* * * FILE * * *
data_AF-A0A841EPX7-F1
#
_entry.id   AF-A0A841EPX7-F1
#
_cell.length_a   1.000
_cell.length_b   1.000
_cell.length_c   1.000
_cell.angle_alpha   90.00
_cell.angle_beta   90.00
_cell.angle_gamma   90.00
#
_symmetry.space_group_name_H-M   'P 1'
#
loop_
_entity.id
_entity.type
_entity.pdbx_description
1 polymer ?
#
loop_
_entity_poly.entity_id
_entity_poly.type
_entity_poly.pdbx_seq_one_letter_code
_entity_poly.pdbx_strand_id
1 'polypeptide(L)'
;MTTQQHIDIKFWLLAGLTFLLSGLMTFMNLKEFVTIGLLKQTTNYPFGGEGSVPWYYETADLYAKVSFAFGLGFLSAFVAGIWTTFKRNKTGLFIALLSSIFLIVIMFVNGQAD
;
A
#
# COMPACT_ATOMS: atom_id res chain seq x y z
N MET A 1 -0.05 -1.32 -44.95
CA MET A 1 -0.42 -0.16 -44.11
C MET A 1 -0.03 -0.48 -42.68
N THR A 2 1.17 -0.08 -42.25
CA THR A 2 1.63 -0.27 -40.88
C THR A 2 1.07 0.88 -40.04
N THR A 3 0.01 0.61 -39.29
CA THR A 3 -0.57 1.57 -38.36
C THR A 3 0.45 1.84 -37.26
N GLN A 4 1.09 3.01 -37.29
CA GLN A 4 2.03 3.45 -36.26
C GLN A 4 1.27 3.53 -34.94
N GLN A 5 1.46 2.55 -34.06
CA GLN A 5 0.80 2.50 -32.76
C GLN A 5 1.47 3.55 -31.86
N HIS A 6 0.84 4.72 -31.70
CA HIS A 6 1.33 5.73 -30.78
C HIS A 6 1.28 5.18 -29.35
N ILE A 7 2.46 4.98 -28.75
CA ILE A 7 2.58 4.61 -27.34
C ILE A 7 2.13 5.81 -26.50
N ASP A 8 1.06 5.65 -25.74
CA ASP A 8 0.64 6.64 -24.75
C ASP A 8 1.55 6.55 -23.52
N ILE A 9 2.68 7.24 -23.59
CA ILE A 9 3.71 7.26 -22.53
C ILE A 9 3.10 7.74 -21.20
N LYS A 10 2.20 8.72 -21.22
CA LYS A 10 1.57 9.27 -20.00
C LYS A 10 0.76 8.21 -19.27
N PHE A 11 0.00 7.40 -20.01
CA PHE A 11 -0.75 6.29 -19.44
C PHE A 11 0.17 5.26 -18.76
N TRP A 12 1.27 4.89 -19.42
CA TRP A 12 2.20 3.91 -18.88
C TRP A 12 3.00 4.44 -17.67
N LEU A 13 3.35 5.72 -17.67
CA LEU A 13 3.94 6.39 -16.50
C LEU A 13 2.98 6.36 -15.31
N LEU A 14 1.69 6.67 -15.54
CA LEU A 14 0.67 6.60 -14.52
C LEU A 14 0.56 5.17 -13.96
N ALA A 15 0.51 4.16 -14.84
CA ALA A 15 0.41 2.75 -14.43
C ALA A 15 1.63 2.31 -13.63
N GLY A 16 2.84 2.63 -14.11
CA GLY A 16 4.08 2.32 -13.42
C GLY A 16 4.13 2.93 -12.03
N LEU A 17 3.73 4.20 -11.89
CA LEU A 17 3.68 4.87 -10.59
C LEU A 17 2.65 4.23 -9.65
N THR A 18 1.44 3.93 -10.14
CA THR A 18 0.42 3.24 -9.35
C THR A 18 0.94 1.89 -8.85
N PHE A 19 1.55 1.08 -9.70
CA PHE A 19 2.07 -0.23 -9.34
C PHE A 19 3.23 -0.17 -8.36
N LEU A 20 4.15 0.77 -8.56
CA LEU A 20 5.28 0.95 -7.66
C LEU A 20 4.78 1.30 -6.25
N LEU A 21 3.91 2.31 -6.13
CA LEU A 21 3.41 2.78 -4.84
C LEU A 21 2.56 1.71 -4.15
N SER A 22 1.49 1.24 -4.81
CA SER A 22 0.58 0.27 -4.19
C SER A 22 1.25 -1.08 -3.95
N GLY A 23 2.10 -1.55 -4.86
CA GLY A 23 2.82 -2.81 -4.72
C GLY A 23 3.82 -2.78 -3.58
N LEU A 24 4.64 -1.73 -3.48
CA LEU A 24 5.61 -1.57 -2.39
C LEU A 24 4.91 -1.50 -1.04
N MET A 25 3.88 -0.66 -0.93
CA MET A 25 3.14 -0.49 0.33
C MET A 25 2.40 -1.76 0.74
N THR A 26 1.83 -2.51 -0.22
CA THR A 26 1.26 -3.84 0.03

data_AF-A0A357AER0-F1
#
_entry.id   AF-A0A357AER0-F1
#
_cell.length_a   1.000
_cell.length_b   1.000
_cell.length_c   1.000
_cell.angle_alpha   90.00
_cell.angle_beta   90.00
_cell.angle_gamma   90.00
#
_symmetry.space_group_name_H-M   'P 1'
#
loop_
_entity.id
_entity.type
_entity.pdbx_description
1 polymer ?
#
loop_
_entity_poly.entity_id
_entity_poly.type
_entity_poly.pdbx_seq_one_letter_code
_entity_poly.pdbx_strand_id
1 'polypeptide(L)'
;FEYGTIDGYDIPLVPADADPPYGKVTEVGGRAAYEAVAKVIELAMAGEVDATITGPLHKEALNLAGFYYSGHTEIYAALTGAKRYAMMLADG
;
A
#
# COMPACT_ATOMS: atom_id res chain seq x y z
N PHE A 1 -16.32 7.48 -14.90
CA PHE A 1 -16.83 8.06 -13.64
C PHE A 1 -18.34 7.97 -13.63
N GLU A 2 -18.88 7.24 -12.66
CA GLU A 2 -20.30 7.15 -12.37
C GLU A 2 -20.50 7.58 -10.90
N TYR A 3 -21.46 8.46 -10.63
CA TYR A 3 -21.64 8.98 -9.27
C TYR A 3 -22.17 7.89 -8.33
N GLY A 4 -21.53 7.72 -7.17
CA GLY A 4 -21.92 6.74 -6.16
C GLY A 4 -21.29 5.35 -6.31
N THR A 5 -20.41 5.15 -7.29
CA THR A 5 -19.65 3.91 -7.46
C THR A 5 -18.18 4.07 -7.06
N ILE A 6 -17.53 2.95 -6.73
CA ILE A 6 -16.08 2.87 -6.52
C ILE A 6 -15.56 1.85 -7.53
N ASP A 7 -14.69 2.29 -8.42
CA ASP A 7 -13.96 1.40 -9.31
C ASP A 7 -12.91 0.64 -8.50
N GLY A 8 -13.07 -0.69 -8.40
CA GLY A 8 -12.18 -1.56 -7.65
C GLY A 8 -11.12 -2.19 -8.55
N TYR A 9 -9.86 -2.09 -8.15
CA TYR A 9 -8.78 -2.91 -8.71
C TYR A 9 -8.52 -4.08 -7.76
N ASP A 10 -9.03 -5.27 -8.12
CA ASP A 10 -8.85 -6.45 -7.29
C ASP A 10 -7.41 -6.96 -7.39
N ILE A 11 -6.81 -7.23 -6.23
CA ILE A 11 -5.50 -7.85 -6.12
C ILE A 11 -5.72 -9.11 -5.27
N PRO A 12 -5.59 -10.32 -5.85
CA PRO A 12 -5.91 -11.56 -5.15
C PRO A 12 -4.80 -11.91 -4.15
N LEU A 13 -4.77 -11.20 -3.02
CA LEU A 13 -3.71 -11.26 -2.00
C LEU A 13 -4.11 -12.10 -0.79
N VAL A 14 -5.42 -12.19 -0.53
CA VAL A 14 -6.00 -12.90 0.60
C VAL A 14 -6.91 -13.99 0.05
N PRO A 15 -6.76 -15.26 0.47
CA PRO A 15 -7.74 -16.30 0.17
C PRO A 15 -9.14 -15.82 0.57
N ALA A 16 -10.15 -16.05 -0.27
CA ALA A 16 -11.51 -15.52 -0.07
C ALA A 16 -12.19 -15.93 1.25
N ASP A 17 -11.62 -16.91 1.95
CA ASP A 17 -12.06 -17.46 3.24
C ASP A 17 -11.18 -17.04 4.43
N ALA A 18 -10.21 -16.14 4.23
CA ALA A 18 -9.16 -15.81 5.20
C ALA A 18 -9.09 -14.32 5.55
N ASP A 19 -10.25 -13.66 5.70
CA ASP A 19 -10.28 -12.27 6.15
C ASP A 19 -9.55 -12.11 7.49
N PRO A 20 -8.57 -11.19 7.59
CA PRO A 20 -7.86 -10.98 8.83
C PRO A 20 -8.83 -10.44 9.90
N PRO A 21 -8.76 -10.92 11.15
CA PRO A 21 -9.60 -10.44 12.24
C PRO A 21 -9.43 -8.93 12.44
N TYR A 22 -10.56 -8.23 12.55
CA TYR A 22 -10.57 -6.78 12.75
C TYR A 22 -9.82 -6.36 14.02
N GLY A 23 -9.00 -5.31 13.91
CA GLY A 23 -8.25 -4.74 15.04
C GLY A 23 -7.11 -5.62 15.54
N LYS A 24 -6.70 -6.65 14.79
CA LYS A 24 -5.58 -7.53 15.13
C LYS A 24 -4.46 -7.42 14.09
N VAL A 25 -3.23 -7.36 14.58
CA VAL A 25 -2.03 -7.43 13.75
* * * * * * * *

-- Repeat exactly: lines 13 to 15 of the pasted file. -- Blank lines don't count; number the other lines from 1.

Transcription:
#
loop_
_entity.id